Re: [Harp-L] re: lurkers
I am one of those very old, sometimes mature people here. I have been mostly lurking for at least 15 years. I would, however, really miss this list if it went away.
Steve in Minn.
Sent from my iPad
> On May 31, 2014, at 5:34 PM, Dan Thomas <danchristhomas50@xxxxxxxxx> wrote:
> I lurk 99% of the time..... To learn..... But when I ask a question, it is always answered with sincerity. And I contribute nothing... I would like to thank the mediator and all those that give of there time to help others!! THANK YOU
> Sent from my iPad
>> On May 31, 2014, at 9:13 AM, fjm <bad_hat@xxxxxxxx> wrote:
>> Warren's forward of an offlist reply to his post underscores a problem endemic to virtually any online community I've ever been a part of. Communities in general are relatively high context cultures. It's difficult to jump in and get treated well. It's very much akin to walking up to a conversation at a party and just jumping in when you don't know any of the people participating. The thing is there isn't really any other way to start. I've had the experience of lurking a list for years and then finally jumping in and not having it go well. It's part and parcel of the media. There are several virtual groups that I've belonged to for years in which I have never participated because it just seems too scary and perhaps not worth the effort but in the meantime I lurk because there's value in the content.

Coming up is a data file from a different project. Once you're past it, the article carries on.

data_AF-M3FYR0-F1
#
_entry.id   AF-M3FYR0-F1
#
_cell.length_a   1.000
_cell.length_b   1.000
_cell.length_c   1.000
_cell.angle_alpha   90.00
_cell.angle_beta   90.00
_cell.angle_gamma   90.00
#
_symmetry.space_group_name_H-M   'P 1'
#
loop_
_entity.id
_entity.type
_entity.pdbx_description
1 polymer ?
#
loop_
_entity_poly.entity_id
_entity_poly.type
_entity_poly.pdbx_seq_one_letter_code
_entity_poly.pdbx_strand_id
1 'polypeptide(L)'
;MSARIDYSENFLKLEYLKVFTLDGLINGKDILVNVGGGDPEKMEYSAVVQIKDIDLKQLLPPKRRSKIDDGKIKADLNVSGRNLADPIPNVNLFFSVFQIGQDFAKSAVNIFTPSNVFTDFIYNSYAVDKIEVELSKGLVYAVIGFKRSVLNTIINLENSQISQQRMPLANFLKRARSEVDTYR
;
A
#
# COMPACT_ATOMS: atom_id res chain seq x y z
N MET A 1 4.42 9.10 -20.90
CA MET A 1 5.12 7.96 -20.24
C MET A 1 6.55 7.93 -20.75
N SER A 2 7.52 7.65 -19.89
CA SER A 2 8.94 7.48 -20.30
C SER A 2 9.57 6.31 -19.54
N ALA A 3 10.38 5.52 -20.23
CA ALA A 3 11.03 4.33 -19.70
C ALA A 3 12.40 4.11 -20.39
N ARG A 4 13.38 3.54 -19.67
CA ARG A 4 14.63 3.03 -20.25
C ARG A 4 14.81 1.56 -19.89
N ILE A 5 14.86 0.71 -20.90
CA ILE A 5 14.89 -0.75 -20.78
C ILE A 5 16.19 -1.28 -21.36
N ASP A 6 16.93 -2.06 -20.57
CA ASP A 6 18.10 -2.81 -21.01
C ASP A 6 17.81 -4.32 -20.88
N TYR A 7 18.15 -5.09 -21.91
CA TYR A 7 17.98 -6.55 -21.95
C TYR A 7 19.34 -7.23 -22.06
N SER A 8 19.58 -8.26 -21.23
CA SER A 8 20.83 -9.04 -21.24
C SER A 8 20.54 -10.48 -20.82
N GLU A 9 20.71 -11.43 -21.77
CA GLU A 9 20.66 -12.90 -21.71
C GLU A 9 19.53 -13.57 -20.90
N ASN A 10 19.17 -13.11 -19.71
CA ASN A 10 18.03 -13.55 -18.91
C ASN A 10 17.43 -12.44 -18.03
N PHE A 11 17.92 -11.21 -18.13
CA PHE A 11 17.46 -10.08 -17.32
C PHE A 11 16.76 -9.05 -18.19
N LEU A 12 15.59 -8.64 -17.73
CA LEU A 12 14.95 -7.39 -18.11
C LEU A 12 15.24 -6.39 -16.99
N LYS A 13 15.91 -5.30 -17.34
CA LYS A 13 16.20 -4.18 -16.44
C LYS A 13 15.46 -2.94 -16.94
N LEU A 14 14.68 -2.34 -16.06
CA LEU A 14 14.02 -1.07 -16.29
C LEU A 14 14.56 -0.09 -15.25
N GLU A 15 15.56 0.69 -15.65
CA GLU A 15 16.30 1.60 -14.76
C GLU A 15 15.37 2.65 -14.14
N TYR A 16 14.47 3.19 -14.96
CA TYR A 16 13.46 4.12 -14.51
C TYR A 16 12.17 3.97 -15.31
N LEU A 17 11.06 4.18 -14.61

>> So yeah how to get from lurking to safe respectful participation? Be thick skinned and don't take it personally but as I type this I know it's easier said than done. Culturally harp-l is amongst the more polite internet groups I've ever participated in but it's far from perfect and one badly timed interaction could definitely stop a new poster in their tracks. I think this is why there's a life cycle for an internet group. When things are new and exciting and everyone is new it's easier to jump in. Harp-l is a very old mature group. That it's even still around is kind of amazing. fjm
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